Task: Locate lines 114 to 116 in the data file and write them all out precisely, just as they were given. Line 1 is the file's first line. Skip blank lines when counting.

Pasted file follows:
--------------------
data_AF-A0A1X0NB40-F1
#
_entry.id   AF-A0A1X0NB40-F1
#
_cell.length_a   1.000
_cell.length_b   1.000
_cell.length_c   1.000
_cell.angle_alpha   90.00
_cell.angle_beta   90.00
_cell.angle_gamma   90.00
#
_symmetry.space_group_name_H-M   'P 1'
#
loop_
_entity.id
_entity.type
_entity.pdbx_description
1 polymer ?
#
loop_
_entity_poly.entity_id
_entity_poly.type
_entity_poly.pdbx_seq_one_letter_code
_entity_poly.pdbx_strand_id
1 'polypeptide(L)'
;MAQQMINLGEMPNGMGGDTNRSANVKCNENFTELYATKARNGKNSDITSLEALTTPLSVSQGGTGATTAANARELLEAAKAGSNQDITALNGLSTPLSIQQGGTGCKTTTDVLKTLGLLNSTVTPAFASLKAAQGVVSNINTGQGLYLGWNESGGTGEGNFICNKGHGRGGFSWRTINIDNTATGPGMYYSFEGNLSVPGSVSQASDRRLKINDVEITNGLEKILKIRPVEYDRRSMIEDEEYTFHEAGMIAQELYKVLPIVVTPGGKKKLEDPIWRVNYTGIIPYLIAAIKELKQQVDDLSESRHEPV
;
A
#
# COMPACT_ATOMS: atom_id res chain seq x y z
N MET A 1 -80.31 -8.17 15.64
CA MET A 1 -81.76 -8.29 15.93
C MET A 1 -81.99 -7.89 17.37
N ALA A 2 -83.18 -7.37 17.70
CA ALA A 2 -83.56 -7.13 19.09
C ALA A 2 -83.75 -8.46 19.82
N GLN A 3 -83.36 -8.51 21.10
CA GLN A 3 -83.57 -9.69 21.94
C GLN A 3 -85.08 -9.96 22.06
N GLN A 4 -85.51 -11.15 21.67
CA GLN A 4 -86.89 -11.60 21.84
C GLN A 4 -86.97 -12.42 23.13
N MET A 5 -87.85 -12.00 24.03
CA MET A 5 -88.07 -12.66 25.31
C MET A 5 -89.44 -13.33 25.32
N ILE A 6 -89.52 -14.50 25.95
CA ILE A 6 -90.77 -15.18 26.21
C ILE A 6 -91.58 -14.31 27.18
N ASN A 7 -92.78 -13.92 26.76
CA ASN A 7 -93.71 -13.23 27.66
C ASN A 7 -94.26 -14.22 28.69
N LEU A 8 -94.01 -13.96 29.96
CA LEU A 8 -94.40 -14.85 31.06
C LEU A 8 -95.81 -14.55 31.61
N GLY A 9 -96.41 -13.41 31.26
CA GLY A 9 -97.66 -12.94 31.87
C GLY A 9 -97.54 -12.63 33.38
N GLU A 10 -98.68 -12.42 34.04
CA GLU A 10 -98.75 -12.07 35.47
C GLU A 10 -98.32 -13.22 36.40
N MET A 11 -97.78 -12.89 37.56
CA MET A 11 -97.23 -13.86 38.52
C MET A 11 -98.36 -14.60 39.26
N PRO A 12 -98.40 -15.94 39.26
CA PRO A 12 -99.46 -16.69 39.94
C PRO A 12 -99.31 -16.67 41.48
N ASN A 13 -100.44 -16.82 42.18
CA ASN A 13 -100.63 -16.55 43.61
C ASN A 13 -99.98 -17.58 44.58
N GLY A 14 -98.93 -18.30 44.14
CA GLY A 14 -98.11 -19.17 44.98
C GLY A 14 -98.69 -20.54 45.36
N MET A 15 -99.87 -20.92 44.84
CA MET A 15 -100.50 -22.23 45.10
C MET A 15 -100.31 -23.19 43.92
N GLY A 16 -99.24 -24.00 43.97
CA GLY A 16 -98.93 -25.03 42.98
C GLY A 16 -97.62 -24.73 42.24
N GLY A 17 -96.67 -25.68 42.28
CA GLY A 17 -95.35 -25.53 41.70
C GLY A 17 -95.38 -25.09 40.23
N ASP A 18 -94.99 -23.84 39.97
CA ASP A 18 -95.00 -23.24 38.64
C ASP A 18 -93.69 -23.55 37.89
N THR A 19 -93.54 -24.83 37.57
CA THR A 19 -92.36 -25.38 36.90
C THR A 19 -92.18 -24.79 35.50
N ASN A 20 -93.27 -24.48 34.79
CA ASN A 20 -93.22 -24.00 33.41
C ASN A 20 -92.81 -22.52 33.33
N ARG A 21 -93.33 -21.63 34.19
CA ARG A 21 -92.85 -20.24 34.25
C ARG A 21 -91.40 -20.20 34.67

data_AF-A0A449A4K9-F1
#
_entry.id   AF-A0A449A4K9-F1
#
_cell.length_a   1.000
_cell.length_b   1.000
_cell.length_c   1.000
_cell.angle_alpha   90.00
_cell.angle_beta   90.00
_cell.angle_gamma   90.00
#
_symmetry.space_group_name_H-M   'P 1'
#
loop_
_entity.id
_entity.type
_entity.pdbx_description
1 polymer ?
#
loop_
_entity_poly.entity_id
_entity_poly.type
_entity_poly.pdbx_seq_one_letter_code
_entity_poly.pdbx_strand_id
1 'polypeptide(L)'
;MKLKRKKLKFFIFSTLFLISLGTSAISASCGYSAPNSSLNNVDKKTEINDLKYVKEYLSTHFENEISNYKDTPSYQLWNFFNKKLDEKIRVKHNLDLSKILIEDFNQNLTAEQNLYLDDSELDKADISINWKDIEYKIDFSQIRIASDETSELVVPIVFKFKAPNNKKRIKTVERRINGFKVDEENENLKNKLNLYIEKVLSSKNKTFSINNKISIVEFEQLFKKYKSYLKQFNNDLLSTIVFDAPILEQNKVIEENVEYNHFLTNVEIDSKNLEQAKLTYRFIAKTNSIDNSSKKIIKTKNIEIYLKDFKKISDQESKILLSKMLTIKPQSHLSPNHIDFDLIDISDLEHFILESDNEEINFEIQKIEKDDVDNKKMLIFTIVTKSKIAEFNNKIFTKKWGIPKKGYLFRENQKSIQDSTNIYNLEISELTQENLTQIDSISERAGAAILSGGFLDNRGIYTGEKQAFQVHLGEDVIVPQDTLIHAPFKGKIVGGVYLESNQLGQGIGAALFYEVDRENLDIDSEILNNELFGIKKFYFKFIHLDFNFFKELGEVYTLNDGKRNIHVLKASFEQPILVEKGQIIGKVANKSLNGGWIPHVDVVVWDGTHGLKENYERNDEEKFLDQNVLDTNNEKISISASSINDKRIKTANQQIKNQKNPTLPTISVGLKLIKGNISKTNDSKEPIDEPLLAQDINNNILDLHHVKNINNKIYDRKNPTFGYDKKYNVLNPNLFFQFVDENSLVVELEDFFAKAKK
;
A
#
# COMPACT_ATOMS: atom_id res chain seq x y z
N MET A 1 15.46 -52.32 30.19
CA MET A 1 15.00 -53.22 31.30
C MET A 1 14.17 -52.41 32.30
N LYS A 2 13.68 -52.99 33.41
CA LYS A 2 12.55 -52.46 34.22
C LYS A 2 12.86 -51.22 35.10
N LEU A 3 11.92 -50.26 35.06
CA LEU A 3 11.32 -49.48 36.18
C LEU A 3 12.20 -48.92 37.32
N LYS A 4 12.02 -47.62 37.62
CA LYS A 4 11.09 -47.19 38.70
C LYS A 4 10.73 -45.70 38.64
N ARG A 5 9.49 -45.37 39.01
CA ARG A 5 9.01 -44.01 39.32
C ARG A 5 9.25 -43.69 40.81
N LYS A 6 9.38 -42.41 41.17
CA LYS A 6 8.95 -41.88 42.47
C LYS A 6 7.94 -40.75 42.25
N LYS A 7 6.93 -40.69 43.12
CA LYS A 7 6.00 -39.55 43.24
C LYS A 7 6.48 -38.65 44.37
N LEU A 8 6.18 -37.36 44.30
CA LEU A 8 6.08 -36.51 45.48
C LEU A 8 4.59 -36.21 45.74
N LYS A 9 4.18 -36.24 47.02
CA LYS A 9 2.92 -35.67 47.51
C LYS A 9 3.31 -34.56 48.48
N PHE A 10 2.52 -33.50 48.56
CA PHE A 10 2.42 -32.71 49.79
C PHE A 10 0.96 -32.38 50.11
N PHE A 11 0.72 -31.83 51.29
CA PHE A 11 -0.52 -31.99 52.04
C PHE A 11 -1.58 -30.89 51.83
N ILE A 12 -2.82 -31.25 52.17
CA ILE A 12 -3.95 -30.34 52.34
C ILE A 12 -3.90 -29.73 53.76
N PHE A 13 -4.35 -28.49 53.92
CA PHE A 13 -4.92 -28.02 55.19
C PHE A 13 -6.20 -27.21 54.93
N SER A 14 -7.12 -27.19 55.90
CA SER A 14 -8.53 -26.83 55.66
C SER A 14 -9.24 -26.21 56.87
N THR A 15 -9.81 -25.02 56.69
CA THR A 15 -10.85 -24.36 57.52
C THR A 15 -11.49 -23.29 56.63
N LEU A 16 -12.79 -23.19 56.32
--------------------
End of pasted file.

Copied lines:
_entity_poly.entity_id
_entity_poly.type
_entity_poly.pdbx_seq_one_letter_code